Syrian envoy due in Turkey for crisis talks

Reuters News
Posted: Jun 15, 2011 6:43 AM
Syrian envoy due in Turkey for crisis talks

ISTANBUL (Reuters) - A Syrian envoy was due in Turkey on Wednesday for crisis talks with Prime Minister Tayyip Erdogan, days after the Turkish leader described the Syrian government's repression of protests as "savagery."

The once-close relationship between the neighbors appears close to breaking point as thousands of Syrians have fled to Turkey to escape a fierce crackdown by President Bashar al-Assad's security forces.

State-run Anatolian news agency said Assad's envoy, Hassan Turkmani, was due to arrive in Ankara, where he will face Turkish impatience over Syria's repressive tactics and slowness to reform, as well as anger over a burgeoning humanitarian crisis.

As of Wednesday morning, some 8,500 Syrian refugees were lodged in tented camps on Turkey's side of the border. More have been arriving by the day.

Assad asked to send an emissary when he called Erdogan on Tuesday to congratulate him on winning a third term in office.

Erdogan, who had a close rapport with Assad, had said before his re-election that, once the election was over, he would be talking to Assad in a "very different manner," and expressed revulsion over repression being used against the Syrian people.

A Turkish official said the Turkish leadership would probably give Assad's emissary the same message.

Turkish Foreign Minister Ahmet Davutoglu was traveling to Hatay province, where tent camps have been established for the Syrian refugees. After gathering first-hand information, he was due to meet Turkmani back in Ankara on Wednesday evening.

Refugee camps have been established in Turkey's Hatay province, across from the Syrian city of Jisr al-Shughour, just 20 km (13 miles) from the border, where Assad's army launched an offensive on Friday to quell anti-government protests.

A Reuters reporter in Guvecci, a village where one of the camps has been established, saw scores of Syrian children inside the camp chanting "Allahu Akbar, Erdogan" and "People want the fall of the regime. Freedom, Freedom."

Media have been barred from entering the camps by Turkish authorities, who say any pictures of the Syrians could put them or their families in danger back home.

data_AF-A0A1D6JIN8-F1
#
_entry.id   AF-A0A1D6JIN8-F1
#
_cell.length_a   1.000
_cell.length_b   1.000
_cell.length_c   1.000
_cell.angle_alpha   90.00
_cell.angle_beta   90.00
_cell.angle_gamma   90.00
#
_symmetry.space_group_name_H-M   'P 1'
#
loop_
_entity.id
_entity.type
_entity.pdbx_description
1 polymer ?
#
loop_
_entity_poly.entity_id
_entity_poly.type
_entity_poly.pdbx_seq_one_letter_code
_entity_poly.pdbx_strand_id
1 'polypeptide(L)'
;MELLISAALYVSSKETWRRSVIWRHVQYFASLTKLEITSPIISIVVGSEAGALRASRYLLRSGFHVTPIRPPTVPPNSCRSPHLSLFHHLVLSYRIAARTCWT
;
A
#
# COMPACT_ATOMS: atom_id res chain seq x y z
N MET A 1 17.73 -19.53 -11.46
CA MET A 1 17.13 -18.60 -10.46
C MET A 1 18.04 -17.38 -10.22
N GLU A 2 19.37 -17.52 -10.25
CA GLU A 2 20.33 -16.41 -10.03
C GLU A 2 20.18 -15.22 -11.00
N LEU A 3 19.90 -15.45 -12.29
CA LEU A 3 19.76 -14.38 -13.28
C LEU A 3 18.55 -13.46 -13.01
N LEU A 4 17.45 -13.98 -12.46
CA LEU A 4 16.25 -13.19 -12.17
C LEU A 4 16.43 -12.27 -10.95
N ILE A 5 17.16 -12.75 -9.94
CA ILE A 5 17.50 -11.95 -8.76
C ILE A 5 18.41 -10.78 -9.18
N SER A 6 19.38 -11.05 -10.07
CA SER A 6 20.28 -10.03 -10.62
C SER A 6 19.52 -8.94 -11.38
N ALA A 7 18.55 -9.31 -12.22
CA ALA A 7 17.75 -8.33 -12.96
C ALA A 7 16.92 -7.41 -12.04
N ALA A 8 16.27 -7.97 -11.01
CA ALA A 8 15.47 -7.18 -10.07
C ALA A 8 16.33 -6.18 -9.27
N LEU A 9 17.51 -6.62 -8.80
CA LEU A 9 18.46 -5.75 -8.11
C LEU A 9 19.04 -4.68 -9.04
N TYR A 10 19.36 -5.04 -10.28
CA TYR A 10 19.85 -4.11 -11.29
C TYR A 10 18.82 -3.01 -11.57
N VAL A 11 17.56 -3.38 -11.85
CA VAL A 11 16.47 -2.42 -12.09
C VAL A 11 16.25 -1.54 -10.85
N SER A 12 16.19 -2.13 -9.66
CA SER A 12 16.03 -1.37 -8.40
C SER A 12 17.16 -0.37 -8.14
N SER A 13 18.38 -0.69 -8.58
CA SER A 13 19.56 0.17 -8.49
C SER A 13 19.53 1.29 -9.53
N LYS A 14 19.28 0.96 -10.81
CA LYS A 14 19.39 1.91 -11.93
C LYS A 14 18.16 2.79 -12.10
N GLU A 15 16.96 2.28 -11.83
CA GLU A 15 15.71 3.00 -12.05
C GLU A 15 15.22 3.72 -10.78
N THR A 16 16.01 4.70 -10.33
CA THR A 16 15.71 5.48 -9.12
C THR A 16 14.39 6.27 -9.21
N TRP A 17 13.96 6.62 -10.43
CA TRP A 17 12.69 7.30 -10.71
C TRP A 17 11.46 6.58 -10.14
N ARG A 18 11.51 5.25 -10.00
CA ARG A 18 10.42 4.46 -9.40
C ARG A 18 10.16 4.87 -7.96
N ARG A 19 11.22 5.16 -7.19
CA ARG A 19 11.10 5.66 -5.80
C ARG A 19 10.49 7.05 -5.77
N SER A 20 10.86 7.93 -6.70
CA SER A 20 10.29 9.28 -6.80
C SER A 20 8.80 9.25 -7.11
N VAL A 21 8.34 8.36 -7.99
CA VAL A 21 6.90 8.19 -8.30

A 36-year-old Syrian man in a street in Guvecci, who gave his name as Ahmed and refused to be filmed, gave a taste of what Davutoglu was likely to hear.

"We decided to flee to Turkey after learning troops had arrived in Jisr al Shughour -- I, my wife and six kids. We heard they were burning down the city, including the mosques," he said.

"We came here to protect our family, we're not against them, but they fight us like we were infidels.

"I don't plan to go back until the situation improves there. Some of my relatives were wounded during protests in Jisr al Shughour, one of them was shot in the foot, two were killed, one was shot in the head and is in intensive care now."

Preparations are being made for another influx of refugees far to the east along the 800 km border.

A Turkish Red Crescent official, who requested anonymity, said more tent camps, able to shelter 10,000 people, were being set up near the Turkish city of Mardin and the town of Nusaybin.

Erdogan has called Assad several times since unrest first broke out in Syria three months ago, each time urging reforms and an end to the violence.

In Tuesday's call, Erdogan told Assad to avoid using violence against his people and advised him that reforms should be undertaken as soon as possible, Anatolian reported.

Erdogan also raised concern over protests outside Turkey's embassy in Damascus.

The Turkish English-language newspaper Today's Zaman reported that some 2,000 demonstrators marched to the Turkish embassy in Damascus on Sunday and tried to hoist a Syrian flag.

Erdogan and Assad have worked to boost cooperation and trade between their two countries, which almost went to war in 1998 due to Syria harboring Kurdish militants. Turkey vies with Iran for influence in Damascus.

(Reporting by Tulay Karadeniz in Guvecci and Simon Cameron-Moore in Istanbul; Editing by Kevin Liffey)